Screenshot including the second mysterious shape

The second shape goes away when I set a solid background color, which is why I didn't notice it before. Maybe the whole phenomenon still has something to do with my decoration layer. 🤔

Another new suspicion: there might be something (formally) wrong with my background definition, using the multiple background syntax to add various shapes in various sizes and positions. What could possibly go wrong? It looked maintainable and readable at least in my source code.

.decoration__container { 
    100% 0%,       /* top right pita shape */
    -20% 800px,    /* top left salon shape */
    110% 900px,    /* middle right lilac shape */
    20% 1999px,    /* blue dots */
    0% 1800px,     /* lower left apricot shape */
    120% 1900px;   /* lower right salmon shape */
    31.25rem auto, /* 500px auto, */
    40% 40%,
    40% 40%,
    6.25rem auto,  /* 100px auto, */
    30% 30%,
    30% 30%;
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But it looks like a mess in my dev tools!

Screenshot: source code and generated CSS side by side

There are not warning signs or strike-through in the browser, and stylelint did not complain either. But there is still a possibility that the browser misunderstood my code.

Questioning my current strategy (again) 🙋

Does it make sense to follow this path of examination, or am I just desperately clinging on to what seems one of the last options before I give up.

Do I have any chance to get help from a fellow developer?

I haven't been able to provide a reproducible minimal example, not even inside my own personal default browser. At least this time I can surely tell what I already tried.

Consulting my pillow 💤

An underrated strategy: call it a day and sleep over it. Go for a walk if it's only midday, or switch tasks and work on something else for the rest of the day.

New ideas often come easier when we stop staring at the same task for too many hours.

Playing for time or luck ⏱️🎲

If this was for a customer's project and it still was my own Linux browser and none of their management's Safari or Edge clients, I would play for time or hope to stay lucky, follow the 80/20 Pareto rule and stop wasting time on a bug that maybe nobody will see except for me.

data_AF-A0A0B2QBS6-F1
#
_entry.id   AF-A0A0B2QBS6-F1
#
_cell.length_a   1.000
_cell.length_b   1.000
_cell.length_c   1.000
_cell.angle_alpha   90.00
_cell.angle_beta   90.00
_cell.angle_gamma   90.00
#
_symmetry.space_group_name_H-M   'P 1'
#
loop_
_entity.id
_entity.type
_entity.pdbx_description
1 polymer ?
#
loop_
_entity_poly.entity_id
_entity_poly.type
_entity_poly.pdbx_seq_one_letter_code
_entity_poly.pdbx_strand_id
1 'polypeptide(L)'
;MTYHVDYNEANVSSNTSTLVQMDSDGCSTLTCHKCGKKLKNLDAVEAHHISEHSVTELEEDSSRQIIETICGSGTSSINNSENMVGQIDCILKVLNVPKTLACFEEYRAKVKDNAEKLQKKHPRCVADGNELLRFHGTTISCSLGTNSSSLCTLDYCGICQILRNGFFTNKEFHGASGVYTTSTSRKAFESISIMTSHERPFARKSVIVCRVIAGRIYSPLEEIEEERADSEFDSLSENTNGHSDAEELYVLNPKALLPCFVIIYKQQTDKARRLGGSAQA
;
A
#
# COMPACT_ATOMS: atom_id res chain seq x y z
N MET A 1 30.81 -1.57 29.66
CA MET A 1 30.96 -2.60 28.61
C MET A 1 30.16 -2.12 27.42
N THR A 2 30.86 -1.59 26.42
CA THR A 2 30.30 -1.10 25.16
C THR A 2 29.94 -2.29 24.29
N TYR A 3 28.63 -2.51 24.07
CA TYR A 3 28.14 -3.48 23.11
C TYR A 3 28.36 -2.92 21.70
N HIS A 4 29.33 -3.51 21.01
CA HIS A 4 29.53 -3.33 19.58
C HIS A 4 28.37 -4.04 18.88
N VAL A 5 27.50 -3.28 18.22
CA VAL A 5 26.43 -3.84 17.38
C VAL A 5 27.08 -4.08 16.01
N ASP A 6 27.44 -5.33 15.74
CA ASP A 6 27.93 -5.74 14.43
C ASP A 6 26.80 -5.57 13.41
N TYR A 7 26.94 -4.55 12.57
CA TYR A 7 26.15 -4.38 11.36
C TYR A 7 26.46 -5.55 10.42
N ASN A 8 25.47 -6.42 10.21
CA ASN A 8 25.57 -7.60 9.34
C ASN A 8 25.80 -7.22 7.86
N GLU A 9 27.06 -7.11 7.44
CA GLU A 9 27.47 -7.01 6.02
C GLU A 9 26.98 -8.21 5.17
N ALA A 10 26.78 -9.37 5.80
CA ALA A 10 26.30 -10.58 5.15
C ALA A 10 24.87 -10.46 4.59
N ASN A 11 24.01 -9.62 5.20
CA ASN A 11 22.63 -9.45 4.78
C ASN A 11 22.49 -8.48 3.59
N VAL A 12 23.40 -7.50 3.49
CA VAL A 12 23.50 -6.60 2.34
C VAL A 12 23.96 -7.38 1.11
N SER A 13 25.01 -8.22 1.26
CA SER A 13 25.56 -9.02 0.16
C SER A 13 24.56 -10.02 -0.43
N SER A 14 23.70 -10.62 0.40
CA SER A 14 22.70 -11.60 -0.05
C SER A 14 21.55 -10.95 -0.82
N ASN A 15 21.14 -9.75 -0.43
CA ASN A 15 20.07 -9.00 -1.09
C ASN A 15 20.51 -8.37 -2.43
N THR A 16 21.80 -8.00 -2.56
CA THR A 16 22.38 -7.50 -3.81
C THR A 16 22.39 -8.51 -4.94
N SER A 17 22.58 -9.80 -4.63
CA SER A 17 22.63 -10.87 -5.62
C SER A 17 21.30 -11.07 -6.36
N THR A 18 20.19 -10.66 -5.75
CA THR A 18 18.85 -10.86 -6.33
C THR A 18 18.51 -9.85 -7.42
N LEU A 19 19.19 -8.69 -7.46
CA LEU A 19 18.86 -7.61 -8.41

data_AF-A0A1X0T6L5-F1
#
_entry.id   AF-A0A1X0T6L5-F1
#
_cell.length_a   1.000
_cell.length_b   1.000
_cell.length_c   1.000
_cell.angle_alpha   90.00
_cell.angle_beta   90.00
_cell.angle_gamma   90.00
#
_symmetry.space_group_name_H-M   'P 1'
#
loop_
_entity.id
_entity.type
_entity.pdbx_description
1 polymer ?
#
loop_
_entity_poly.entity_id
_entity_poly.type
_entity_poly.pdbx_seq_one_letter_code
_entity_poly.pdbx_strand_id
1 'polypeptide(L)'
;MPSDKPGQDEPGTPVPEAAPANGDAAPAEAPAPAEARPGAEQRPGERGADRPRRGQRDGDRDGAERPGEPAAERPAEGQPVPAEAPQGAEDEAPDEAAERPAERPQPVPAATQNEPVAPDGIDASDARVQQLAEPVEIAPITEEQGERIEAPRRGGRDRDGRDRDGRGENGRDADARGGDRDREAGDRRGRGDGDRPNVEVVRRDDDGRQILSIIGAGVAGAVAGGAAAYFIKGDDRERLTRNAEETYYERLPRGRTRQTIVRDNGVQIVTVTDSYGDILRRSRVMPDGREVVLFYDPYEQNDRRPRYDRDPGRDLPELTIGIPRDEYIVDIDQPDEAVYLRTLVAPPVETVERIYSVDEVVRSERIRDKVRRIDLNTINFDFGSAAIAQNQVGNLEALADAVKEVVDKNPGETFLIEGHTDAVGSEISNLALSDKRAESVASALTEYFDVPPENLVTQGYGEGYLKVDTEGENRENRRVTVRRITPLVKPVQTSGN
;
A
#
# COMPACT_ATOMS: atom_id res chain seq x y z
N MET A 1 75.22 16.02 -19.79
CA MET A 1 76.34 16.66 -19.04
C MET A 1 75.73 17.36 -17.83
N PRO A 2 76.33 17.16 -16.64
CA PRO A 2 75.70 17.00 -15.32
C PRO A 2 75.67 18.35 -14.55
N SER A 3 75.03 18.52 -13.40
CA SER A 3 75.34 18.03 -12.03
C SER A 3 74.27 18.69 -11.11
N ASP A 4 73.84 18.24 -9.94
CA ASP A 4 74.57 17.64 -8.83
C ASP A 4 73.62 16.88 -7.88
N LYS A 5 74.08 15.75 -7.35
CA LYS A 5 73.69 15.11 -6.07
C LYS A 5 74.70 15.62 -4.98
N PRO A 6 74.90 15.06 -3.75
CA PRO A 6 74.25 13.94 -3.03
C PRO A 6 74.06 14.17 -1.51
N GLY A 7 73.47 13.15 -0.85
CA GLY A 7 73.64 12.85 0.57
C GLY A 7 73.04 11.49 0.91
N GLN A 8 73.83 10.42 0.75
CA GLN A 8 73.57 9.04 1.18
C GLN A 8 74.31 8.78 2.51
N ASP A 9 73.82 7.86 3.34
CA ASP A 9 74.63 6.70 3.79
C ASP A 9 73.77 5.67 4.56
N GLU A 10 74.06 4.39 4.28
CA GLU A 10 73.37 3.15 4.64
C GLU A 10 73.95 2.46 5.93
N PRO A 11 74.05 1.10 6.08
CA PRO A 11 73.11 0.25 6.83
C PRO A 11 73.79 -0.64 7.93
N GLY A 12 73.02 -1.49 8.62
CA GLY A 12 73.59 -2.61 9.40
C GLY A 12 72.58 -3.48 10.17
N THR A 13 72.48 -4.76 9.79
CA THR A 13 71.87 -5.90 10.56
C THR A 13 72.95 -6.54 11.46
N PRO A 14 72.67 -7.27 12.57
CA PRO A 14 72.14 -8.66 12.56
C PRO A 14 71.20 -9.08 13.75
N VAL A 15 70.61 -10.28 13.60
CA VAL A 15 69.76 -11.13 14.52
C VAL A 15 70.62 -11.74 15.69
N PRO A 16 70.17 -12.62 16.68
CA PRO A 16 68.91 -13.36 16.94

Sharing experience and knowledge 🫴

Talking about economy, I think I have already wasted too much time investigating a single strange phenomenon. But I can still turn it into some kind of Productive Procrastination by yielding a long-term value eventually.

I did not feel ready to share my problem in a way that other might come up with a solution quickly, but I can still prepare to share, order my thoughts by trying to explain my story in an understandable and possibly entertaining way, despite its lengthy details.

Talking about it 💬

Talking about educational entertainment, a case like this one might even make a good story to tell as a conference talk or on YouTube.

Hoping for a solution, but can't reproduce instead 🤷

So, after I took a walk, had some sleep, spent the next days working on completely different issues and updated my browser to the latest version, the mysterious problematic element eventually disappeared!


which I feel is kind of bad, as I always prefer "today I learned" to "can't reproduce" because without knowing what happened, how can I guarantee that it won't happen again?

If you have a lot of spare time and feel like a detective, you could
a) find out which website I have been working on
b) check out git tag 2.8.2 or any other probable commit
c) guess which Vivaldi browser version I used before upgrading
d) check Vivaldi's and/or Chromium's release notes
e) verify that you can reproduce the issue
f) and that you can't after upgrading.

But on the other hand, especially considering a situation in a paid project where we strive for effectiveness rather than perfection, it's fair enough to close some issues exactly like that or even accept some minor bugs that only ever occur in rare edge cases.

Top comments (3)

darkterminal profile image
Imam Ali Mustofa

Just update it...

ingosteinke profile image
Ingo Steinke

I was lucky it's not one of those "only on the customer's specific iPhone Safari version" bugs.

darkterminal profile image
Imam Ali Mustofa

That's sound like dad joke 🤣